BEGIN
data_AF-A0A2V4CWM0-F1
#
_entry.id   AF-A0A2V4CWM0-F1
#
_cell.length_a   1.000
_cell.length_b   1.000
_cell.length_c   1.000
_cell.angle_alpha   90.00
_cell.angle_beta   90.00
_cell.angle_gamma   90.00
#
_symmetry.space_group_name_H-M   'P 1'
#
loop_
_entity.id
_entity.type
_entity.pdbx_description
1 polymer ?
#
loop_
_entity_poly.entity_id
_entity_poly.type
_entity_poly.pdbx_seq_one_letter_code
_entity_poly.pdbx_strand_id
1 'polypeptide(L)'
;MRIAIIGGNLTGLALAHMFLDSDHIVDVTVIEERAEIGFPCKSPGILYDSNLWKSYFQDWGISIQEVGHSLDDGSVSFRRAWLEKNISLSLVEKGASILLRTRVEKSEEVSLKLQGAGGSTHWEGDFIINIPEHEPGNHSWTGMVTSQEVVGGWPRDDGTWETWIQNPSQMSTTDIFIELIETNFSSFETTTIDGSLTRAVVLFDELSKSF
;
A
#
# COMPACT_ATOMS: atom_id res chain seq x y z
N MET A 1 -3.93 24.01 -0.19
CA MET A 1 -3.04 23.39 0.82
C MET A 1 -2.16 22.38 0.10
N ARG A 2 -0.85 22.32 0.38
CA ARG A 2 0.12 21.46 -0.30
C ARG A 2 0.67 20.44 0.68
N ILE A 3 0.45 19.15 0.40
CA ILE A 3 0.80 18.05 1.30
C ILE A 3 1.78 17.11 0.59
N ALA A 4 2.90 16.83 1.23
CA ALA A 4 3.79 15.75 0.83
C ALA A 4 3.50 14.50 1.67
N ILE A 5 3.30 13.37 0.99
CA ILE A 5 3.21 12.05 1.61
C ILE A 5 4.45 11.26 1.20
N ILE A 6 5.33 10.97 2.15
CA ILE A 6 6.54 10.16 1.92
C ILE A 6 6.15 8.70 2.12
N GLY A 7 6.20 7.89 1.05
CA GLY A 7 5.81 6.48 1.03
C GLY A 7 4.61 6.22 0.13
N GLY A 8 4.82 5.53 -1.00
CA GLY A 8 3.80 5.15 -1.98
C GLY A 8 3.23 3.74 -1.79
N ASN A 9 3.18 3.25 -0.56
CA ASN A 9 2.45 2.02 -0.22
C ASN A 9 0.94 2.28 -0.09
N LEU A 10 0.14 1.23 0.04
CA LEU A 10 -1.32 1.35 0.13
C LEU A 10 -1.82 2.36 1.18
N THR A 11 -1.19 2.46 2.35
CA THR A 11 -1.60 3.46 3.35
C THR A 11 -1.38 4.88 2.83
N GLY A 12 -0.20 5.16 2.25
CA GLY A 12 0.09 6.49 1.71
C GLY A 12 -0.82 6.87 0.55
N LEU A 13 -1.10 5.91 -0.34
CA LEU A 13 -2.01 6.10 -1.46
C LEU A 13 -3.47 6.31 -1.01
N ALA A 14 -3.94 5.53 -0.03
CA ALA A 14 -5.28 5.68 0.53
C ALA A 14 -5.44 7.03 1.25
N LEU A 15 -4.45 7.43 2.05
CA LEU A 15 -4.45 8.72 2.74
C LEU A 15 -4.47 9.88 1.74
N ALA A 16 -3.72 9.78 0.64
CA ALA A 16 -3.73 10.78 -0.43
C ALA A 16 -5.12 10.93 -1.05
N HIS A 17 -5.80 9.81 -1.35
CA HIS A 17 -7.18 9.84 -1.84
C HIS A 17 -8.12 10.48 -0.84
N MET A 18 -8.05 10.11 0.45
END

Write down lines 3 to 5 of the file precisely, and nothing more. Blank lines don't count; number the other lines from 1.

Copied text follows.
_entry.id   AF-A0A2V4CWM0-F1
#
_cell.length_a   1.000